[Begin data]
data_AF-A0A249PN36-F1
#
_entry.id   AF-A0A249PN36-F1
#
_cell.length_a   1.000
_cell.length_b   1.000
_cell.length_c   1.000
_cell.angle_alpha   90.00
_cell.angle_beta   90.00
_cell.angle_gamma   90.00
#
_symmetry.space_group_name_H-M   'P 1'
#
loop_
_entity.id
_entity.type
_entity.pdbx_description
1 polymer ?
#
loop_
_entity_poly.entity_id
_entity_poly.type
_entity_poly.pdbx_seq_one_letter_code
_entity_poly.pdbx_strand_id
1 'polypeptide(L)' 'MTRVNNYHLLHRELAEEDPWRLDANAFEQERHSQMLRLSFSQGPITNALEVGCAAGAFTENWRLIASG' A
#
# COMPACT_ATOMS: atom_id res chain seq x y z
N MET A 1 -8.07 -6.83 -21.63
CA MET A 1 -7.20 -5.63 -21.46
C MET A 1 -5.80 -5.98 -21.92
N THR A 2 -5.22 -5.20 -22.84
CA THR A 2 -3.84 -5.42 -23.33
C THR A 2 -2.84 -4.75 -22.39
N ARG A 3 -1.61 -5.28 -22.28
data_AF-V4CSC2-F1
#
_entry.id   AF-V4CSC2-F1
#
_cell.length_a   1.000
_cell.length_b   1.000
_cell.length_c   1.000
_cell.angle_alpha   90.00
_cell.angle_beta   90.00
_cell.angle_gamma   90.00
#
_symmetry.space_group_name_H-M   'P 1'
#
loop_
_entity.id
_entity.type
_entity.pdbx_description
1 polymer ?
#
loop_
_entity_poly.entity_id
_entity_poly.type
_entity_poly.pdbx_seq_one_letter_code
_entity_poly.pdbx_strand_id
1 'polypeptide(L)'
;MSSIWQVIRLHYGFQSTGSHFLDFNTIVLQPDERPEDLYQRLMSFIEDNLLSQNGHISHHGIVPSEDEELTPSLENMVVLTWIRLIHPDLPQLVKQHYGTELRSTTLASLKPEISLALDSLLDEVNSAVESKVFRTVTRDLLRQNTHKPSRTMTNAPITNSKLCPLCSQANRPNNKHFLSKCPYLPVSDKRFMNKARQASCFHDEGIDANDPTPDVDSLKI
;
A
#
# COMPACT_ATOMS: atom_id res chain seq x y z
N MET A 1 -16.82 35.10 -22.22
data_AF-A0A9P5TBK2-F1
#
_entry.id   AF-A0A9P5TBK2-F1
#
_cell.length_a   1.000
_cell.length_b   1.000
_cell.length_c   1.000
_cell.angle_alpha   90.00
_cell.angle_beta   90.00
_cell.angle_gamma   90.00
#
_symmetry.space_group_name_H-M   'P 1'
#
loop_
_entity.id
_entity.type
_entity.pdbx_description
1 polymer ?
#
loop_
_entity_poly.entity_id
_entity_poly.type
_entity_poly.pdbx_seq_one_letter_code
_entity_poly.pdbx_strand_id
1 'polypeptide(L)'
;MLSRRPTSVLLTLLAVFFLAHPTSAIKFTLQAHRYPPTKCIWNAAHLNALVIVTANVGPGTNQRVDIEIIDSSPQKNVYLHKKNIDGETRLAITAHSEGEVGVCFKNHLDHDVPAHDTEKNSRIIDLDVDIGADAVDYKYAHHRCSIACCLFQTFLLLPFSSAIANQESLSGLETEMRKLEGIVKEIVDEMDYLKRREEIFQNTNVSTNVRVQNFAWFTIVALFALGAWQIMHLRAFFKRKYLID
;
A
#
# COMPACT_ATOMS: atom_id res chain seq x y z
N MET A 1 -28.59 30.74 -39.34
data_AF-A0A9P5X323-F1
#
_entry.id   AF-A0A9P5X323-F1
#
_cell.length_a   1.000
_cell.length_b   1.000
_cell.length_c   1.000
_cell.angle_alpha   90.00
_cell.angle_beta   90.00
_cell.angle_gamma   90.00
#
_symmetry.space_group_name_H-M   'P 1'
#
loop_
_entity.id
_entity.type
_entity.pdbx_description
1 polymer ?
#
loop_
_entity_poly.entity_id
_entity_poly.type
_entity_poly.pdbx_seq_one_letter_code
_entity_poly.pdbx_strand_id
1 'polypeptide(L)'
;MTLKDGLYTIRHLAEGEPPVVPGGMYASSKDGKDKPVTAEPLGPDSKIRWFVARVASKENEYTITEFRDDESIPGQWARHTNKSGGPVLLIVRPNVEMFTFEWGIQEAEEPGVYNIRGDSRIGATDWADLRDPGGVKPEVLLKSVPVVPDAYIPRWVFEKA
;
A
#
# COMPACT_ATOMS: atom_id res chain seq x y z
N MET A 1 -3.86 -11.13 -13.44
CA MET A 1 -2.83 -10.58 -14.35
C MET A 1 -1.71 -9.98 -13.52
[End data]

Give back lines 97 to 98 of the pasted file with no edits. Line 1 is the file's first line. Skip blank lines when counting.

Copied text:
data_AF-A0A9P5X323-F1
#